Scooter in the Sticks swears an oath

I’m 100% with Steve on this post. Every scooterist I know complains about distracted drivers on mobile phones, and every scooterist I know talks on the phone and plays around with electronics when they’re driving a car.

Worse, more and more scooterists are rigging up phone/gps/mp3/helmetcam contraptions on their bikes, even as they complain about distracted cagers.

Try it for a week: when you’re driving your car, don’t use your phone, don’t use a GPS, don’t play with the iPod or Pandora, don’t even touch the radio dial, see if you can do it. I bet you can’t. I bet I can’t.

6 replies on “Scooter in the Sticks swears an oath”

  1. For the second time in my riding career I had a near miss yesterday with a driver on a cellphone. This one was a maintenance truck, one of those big bread truck looking things, and the driver was obviously texting while he waited to pull into the street. He was tapping away while he waited for the car in front of me to pass but didn’t see me and began to pull out slowly. When I realized he was not going to stop I was able to throttle by just before he clipped me. Had I been paying closer attention to him I might have realized sooner what he was doing and just stopped and let him go.

    He saw me at the last second as I zipped by. My temper was beginning to percolate but I refrained from any direct action other than my left hand up making a texting motion. He slowed down and stayed far behind me. I’m guessing he was feeling sheepish.

    It must be an addiction. I see students on campus with those phones glued to their heads or in their hands nervously working away. I fear things will get worse before they get better. And they won’t get better unless there is some sort of Draconian punishment for their use in a vehicle. Something tantamount to carrying a loaded firearm.

    I wonder how long it will be until some enterprising law firm will begin a class action suit on behalf of some sacrificed people?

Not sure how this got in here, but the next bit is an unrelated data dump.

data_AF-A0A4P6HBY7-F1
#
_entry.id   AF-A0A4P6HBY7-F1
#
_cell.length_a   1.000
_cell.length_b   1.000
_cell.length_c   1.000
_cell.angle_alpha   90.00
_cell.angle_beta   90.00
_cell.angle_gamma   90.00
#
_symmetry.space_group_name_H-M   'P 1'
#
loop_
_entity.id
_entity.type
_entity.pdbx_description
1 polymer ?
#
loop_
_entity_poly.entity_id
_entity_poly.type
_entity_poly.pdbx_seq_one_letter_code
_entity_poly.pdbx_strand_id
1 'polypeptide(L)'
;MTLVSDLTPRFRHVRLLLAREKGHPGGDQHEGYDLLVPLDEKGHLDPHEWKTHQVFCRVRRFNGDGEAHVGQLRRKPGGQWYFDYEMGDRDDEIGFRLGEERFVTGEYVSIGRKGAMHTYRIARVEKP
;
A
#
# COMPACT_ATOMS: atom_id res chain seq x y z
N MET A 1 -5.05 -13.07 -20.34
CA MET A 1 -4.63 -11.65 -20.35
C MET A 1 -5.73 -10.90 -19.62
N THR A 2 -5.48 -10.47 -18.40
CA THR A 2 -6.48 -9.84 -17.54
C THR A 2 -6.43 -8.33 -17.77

Steve Williams
    Scooter in the Sticks

  2. I didn’t get around to reading the NYT story Steve referenced until today.

    Very sad, and enlightening, and typical.

    “955 fatalities and 240,000 accidents over all in 2002.”

    While it’s maybe a stretch to compare the threat to that of drunk-driving (17,419 fatalities in 2002), you also have to remember that the smartphone wasn’t invented yet, and GPS, satellite radio, and MP3-saturation, not to mention SMS use, was minimal compared to today.

    Speaking of drunk driving, scooterists have improved on that front, but we still have a long way to go.

  3. I’m 100% guilty of the GPS – Cell and occasionally a text…which I really, really try to avoid. I’ve been using pandora while driving too. I’m a poster child for driver distraction. I hit a new high (low) the other day… I responded to a text at 75 mph…on my motorcycle.

  4. Steve, sorry to hear about your scary ride; yet we must all deal with such escalating incursions everyday, or else we die, instantly.
    Stay cool, pay attention, and remember the sounds of rushing wind and the hum of the motor+exhaust are the only music you need to stay alive.

  5. Becoming a scooter rider has completely changed my phone behavior in the car. I just don’t do it anymore. I don’t turn the phone completely off, but that’s because I have this little thing called Voicemail and realized long ago that I’m not bound by law to answer a phone just because it rings. I don’t initiate calls and I don’t answer calls. I will only answer it if it’s my wife and there’s a chance that it’s some sort of emergency — and if it’s not, I cut it off straight away and she understands why. I only check things like text messages or email when I’m stopped at a light. This only reinforces my decision to not use the thing while actually driving because half the time I’m late in noticing that the light has changed!

    Having made the shift, I can’t help but look upon all the other rolling phone booths out on the road with great contempt. It really does border on criminal negligence in my opinion. Furthermore, I just can’t even imagine having all those distractions added to my bike! It’s hard enough not to get killed when my full attention is just on riding.

    A few months ago, Ryan Reynolds was on the cover of Men’s Health magazine. In his interview he talks about how he’d fallen in love with riding his Triumph Bonneville around LA. He said that the thing he loved most about riding his bike was that “When you’re riding a motorcycle, you’re not doing anything but riding a motorcycle.” I think that really is part of the beauty of it. Unplug once in a while people!

    I’m totally going to tweet about this.

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